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Heart rate apps that don’t require a smart watch

With more advanced technology getting into the palms of our hands, it’s time for better health programs to come with them. Let’s face it, when you’re going for a job, running at the gym or exercising, it’s already rough enough carrying a cellphone.

Don’t you wish you could check your heart rate without needing your smartphone and a fitness tracker? Well, now you can with these heart rate apps that can be used via your smartphones or tablets with the portable power of an app.

The best part is a lot of these apps are available for download on iOS, Android and Windows app stores without that extra hardware. We’ll be covering those here in this guide just some of what you can find out there.

How do heart apps work?

These apps work by using your device’s pre-existing camera and lights to detect your heartbeat. Wild right? As strange as that is, they seem to be getting more reliable for smart examinations of your average heart rate.


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These aren’t the only apps to take advantage of the camera technology though. In the past, they have also been used for checking blood sugar, or heart health. Now your mileage may vary on readings depending on whether you’re using a cheaper Android device with lower-quality cameras.

What are the best heart apps?

Accurate Heart Rate Monitor– Cost: Free
This app is for Android smartphones and tablets, but the best thing of all is that it’s completely free. Free of ads and limitations, which is a rarity in today’s app markets. What is it’s capabilities that matter?

  • It’s highly accurate even without the use of the flashlight
  • Again, it’s completely free with unlimited measurements and features
  • Calculate your target heart rate for the best workout and exercise results
  • Supports all heart rate zones such as extreme/peak, cardio, fat burn, warm up, resting
  • Helpful for interval training, cardio training, CrossFit, cycling, running and weight control
  • Statistical analysis with graphs
  • Can export your data as a CSV file
  • Data can’t be imported to Fitbit and other similar fitness apps

Cardiio: Heart Rate Monitor – Cost: Free
This app is also free but this time for the iOS app store but it also offers in-app purchases. Cardiio’s based on technology licensed from MIT and originally developed at the MIT Media Lab. The interesting thing about this app is as your blood flows to your fingers, it causes light to be absorbed. So by using your smartphone camera, it captures tiny changes in reflected light from either your finger or face, thus calculating your heart rate.

  • It measures your heart rate either by face or finger
  • Gives insight on how your heart rate relates to your fitness and endurance
  • Tracks performances through a personal dashboard with stored histories
  • Allows for you to save, edit, annotate and export your data to CSV
  • You can also integrate it with the Apple Health App for saving heart rate measurements

Instant Heart Rate: HR Monitor & Pulse Checker – Cost: Free*

This app is actually trusted by top research institutions such as UCSF for cardiology research training, and used in UCSF Health eHeart Study for its accuracy and currently rated as a number one app. You can even measure your pulse and heartbeat after sleeping or during workouts & training.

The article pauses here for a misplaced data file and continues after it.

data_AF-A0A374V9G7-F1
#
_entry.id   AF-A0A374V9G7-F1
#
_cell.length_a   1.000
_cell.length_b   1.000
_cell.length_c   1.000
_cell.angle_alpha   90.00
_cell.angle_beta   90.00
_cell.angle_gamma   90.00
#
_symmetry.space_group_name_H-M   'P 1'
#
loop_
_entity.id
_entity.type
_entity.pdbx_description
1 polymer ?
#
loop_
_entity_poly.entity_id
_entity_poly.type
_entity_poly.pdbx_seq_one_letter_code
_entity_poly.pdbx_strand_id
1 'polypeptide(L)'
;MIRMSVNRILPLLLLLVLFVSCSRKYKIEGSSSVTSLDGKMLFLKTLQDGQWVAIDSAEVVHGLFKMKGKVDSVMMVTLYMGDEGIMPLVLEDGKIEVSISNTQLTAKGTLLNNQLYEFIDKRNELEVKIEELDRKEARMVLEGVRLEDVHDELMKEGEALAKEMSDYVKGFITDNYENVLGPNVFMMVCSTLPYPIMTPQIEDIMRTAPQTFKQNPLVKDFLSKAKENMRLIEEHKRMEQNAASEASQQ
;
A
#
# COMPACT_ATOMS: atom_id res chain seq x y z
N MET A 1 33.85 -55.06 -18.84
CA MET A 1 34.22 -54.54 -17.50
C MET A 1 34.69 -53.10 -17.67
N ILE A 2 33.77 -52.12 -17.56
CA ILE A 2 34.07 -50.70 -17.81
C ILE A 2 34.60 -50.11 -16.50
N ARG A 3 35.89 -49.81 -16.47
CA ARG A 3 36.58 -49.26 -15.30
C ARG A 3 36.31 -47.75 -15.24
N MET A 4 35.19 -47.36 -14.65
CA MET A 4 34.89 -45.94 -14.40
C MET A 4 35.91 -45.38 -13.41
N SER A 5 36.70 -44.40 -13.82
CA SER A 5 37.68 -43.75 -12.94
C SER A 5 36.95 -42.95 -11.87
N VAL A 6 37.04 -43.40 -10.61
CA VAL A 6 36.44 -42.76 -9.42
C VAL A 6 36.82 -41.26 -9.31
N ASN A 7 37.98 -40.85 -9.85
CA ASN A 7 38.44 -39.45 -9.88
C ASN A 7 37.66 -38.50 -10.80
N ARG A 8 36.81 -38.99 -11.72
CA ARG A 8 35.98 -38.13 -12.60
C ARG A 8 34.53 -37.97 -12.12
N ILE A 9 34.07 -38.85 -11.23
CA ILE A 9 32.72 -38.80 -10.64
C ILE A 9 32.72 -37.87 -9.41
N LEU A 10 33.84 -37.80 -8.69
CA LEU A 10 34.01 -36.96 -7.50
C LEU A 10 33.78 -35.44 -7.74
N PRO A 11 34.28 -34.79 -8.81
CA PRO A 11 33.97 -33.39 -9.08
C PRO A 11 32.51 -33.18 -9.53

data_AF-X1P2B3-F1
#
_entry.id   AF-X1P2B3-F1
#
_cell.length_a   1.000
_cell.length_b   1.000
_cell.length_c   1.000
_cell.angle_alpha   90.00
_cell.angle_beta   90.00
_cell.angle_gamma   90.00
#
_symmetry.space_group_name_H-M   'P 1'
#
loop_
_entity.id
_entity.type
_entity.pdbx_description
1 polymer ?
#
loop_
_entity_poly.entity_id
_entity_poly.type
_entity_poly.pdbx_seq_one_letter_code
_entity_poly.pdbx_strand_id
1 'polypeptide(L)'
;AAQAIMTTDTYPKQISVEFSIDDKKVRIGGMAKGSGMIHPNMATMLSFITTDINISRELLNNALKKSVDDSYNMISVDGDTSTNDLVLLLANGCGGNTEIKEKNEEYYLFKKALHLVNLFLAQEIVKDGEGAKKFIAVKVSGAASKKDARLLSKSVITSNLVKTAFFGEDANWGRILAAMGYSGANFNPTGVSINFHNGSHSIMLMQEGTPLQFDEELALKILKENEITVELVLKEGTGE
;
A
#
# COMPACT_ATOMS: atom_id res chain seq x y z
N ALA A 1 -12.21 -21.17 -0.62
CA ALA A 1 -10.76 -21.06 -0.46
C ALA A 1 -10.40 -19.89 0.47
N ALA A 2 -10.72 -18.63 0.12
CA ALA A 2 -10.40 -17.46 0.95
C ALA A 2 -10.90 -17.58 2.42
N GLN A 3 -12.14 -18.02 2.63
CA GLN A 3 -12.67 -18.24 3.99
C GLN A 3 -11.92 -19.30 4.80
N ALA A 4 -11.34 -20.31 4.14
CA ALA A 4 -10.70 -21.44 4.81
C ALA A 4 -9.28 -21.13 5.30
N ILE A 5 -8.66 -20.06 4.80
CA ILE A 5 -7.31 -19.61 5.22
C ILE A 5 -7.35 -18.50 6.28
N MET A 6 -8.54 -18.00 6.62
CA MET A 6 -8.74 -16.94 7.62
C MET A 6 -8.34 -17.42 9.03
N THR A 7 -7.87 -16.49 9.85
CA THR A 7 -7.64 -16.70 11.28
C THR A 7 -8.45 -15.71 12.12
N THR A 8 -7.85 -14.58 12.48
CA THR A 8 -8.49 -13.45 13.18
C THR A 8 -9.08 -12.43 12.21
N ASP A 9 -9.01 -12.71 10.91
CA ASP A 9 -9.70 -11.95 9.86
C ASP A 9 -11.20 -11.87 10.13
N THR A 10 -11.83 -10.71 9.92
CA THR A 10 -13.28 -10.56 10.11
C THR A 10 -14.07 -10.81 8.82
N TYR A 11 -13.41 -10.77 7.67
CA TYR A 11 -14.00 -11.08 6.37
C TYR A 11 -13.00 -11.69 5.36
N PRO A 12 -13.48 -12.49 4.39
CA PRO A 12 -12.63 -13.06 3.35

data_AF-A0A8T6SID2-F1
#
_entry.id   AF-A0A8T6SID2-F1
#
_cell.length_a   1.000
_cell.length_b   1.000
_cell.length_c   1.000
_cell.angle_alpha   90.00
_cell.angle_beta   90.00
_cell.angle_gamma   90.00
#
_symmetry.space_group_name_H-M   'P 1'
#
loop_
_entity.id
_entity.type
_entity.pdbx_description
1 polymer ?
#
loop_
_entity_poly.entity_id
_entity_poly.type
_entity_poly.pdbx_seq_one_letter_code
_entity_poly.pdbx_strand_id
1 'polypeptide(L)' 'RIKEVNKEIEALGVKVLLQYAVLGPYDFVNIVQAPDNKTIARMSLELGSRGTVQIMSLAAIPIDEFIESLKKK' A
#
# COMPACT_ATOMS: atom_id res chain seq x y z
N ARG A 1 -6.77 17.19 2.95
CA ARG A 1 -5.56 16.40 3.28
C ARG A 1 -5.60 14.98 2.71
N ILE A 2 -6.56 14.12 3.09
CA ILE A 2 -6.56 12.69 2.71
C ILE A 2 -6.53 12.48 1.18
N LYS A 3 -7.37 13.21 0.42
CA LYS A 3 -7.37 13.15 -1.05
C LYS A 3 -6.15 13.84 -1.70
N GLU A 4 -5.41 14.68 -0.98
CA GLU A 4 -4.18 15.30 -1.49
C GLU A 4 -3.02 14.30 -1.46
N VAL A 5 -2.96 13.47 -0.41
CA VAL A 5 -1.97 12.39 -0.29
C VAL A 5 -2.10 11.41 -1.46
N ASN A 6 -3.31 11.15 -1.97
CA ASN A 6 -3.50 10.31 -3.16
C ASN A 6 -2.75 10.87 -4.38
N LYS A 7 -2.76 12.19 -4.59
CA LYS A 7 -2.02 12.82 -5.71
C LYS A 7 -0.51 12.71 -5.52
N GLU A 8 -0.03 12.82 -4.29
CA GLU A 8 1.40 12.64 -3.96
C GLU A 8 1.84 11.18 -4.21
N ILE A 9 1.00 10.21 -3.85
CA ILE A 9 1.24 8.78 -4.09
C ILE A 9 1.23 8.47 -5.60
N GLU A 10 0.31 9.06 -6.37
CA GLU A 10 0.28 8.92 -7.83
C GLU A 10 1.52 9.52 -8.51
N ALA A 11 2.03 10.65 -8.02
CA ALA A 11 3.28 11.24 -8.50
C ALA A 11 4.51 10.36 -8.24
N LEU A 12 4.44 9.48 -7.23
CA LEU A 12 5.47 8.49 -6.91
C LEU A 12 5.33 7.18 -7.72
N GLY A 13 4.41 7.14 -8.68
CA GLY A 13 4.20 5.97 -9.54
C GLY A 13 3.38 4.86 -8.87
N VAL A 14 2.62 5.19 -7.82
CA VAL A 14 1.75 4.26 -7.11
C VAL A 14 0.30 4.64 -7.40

• Available for Android, iOS and Windows Phone
    • Free for both Android and iOS, although Windows Phone is $1.99 download
  • Premium subscriptions are available for $9.99 per month or $59.99 per year
  • Get your heart rate, BPM, in less than 10 seconds
  • Check your stress levels
  • Cardio workout monitoring to optimize exercise and track progress pre- and post-workout.
  • Heart rate training zones (Rest, Fat Burn, Cardio, and Peak)
  • Google Fit support (heart rate and heartbeat data)

Why not just use an Apple Watch?

Apple recently conducted an eight-month study on their heart rate technology using the Apple Watch to determine whether it accurately detected atrial fibrillation. The problem for researchers was that only a small portion of the population owns an Apple Watch which was the very specific group being looked at.

They posed other red flags with the study stating how those with notifications about AFib didn’t get followed up on. They were concerned over false negatives.

Larry Husten of CardioBrief stated that “The idea of screening for obscure medical conditions using the watch is crazy, and will inevitably cause more harm than good.” I agree that it’s still too early in the studies to even tell at this point.

Trying heart apps vs. seeing a doctor

Although these apps seem to work, they don’t make a substitution for seeing an actual physician about your health needs, diet or lifestyle. If you feel symptoms or irregularities, despite what an app or device says, see a doctor.


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I do think if you’re in the market to try out something to keep track of your personal goals and workouts. Plus they don’t do take up any physical space unless you count device space, which still makes it more convenient than hulking around another device on your exercises.

That being said, take these readings as they are meant to be and then check with your own doctor.

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